Meeting demand will be one of your main issues if your business plans to increase the number of employees. Regular hiring procedures will only work when you are hiring a few people. Recruiting at scale demands an effective, automated process because there is intense competition for talent, even entry-level positions.
Suppose you utilise a traditional recruitment process that is not meant to handle that amount of demand. In that case, finding the appropriate people in the right roles in industries like call centres, logistics, retail, or hospitality can seem impossible.
We talk a lot about routine hiring procedures and volume hiring, but we’ve never clarified how they vary. So, in this post, we’ll examine how volume hiring differs from traditional recruitment and why volume hiring calls for a different strategy than conventional recruitment.
1. Scale and Scope
The most apparent difference between regular hiring and volume recruitment lies in their scale and scope. Steady hiring involves filling a limited number of positions over time, usually for specialised roles or when replacing outgoing employees. On the other hand, volume recruitment is characterised by the need to fill multiple vacancies within a short timeframe, typically for entry-level or junior positions.
“Recruitment training” plays a crucial role in both approaches. In regular hiring, training focuses on equipping recruiters and hiring managers with specialised skills to identify and attract top talent for specific functions. In volume recruitment, training is geared towards enabling recruiters to handle high-volume applications efficiently, often employing technology-driven tools for effective candidate screening.
2. Time and Efficiency
Another critical difference is the time and efficiency required in both methods. Regular hiring allows for a more thorough and extended selection process, as hiring managers can afford to take their time to find the best fit for the position. Conversely, volume recruitment demands a faster turnaround to accommodate many applicants and meet the organisation’s urgent staffing needs.
Recruitment training in regular hiring emphasises conducting in-depth interviews, comprehensive candidate assessments, and customised onboarding procedures. In contrast, activity in volume recruitment focuses on streamlining the screening process, automating repetitive tasks, and employing pre-employment checks to identify top candidates quickly.
3. Candidate Experience
Candidate experience plays a pivotal role in the success of any recruitment process. In regular hiring, recruiters can offer more personalised attention to each candidate, ensuring they feel valued and respected throughout the hiring journey. This approach aims to build a positive employer brand, even for candidates who may not be selected.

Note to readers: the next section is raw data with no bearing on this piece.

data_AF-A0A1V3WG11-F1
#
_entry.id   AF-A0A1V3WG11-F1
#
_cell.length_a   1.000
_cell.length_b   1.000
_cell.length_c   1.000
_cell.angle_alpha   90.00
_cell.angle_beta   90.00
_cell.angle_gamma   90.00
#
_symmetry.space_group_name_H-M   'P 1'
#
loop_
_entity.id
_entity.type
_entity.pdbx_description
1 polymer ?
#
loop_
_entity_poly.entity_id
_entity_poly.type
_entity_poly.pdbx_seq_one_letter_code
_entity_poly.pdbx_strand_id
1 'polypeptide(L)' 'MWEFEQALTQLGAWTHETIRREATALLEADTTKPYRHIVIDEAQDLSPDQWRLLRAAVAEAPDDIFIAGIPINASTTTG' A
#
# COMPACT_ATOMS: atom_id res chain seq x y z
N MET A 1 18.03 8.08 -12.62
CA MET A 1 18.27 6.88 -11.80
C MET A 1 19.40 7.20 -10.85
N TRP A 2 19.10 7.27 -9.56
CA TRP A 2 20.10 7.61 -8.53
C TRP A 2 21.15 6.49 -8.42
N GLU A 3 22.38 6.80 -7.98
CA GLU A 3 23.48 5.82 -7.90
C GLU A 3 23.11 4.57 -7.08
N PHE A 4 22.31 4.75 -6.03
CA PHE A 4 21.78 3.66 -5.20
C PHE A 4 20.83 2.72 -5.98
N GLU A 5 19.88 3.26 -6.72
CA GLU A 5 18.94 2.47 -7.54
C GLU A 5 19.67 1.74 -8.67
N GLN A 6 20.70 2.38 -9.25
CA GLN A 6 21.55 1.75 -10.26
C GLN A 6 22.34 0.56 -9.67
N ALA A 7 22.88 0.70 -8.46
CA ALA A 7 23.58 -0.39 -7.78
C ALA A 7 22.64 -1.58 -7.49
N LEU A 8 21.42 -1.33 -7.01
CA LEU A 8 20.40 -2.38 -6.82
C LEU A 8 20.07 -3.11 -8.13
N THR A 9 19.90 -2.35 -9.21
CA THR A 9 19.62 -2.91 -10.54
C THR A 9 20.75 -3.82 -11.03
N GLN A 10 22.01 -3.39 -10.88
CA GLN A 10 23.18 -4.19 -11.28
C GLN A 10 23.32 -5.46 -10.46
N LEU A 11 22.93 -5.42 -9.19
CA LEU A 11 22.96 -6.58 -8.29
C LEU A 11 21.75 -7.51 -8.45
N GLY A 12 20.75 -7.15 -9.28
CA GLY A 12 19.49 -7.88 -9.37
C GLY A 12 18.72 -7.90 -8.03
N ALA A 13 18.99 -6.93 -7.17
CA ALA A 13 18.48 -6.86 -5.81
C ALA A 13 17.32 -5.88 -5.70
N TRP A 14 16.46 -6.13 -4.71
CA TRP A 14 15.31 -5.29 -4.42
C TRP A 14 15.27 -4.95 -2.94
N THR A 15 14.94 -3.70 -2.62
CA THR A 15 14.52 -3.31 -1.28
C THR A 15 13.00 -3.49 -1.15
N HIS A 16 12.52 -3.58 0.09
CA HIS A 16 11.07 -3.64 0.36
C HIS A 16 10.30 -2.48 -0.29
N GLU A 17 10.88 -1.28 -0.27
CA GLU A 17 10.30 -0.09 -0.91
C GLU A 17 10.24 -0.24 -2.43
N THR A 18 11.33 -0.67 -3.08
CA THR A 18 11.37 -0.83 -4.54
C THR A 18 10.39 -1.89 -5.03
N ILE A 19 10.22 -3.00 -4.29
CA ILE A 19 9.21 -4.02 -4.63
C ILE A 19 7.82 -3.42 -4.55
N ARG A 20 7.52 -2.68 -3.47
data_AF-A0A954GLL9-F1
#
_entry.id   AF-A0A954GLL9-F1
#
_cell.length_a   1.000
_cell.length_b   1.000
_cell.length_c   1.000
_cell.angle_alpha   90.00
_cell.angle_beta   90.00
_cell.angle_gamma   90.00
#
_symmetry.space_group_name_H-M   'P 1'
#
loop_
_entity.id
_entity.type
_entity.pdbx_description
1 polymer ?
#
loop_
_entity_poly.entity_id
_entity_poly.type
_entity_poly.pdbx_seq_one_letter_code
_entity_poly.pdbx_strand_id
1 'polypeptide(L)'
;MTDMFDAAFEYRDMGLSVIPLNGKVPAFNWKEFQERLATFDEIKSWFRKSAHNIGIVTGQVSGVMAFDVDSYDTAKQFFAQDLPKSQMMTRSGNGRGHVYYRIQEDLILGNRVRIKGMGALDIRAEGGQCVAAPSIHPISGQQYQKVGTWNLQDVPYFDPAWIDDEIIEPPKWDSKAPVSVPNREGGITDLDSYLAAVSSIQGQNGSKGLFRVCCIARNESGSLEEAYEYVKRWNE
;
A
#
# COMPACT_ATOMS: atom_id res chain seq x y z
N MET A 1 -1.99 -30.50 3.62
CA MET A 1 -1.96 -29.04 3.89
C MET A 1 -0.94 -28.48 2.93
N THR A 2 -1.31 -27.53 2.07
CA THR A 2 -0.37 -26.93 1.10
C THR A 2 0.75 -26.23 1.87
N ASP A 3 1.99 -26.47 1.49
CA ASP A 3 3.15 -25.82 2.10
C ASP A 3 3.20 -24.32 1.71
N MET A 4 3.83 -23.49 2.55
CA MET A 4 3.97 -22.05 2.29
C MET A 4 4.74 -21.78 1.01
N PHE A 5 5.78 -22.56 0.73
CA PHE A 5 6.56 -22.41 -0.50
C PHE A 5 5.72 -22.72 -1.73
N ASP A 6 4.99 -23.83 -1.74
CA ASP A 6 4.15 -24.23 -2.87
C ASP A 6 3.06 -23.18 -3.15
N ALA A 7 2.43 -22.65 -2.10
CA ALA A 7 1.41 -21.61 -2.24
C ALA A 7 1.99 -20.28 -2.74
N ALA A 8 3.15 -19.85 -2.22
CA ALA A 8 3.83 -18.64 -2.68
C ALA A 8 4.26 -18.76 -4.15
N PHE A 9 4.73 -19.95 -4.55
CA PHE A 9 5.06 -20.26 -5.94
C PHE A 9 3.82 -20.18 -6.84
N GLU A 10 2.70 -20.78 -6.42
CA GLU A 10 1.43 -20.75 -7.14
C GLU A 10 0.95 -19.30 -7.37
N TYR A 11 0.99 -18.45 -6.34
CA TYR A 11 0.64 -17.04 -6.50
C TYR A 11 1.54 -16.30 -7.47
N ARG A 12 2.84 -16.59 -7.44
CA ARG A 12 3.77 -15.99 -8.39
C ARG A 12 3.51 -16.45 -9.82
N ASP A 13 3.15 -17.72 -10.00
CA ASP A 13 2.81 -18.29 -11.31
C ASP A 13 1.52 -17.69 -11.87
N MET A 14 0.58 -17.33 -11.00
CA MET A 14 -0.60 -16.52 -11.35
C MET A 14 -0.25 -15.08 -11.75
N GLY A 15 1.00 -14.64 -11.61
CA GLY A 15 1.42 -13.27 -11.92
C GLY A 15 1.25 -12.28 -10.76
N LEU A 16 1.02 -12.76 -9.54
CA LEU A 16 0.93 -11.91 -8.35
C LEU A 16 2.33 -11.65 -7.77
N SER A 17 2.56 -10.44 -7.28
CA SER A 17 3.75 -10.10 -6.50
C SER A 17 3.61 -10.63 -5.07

In volume recruitment, providing personalised attention to every candidate can be challenging due to the sheer volume of applications. However, recruitment training emphasises the importance of maintaining clear communication channels, promptly updating candidates on their application status, and delivering a positive application experience, even for those needing more time to succeed.
4. Talent Pool Depth
Regular hiring often targets more experienced candidates for specialised roles, which may require specific qualifications, skill sets, and experiences. As a result, the talent pool for such positions might be relatively narrower, making it vital to employ targeted sourcing and recruitment strategies.
Volume recruitment, by contrast, casts a wider net, seeking to attract many candidates for junior or entry-level positions. The emphasis is on drawing a broad range of talents and nurturing the potential for growth within the organisation.
Recruitment training in both scenarios should focus on identifying the most relevant sources for each candidate pool, tailoring the job descriptions to attract suitable applicants, and leveraging modern recruitment technologies.
5. Evaluation Criteria
The evaluation criteria in regular hiring are often more specific and tailored to the unique requirements of the role. Recruiters and hiring managers assess candidates based on their skills, experiences, and cultural fit within the organisation.
In volume recruitment, with a higher number of candidates, it is essential to establish standardised evaluation criteria to streamline the selection process. Recruitment training equips recruiters to identify core competencies for specific roles and design assessments that quickly filter out unqualified candidates, ensuring only the best-suited individuals move forward.
In conclusion, regular hiring and volume recruitment are two distinct approaches with unique challenges and requirements. While steady hiring focuses on specialised roles and a more personalised candidate experience, volume recruitment targets large-scale hiring for junior positions with a need for expedited processes.
Investing in recruitment training is crucial to optimise both regular and volume recruitment processes. A well-trained recruitment team can effectively adapt their strategies, utilise modern technologies, and deliver an exceptional candidate experience that aligns with the organisation’s hiring objectives, regardless of the scale and scope of the recruitment drive.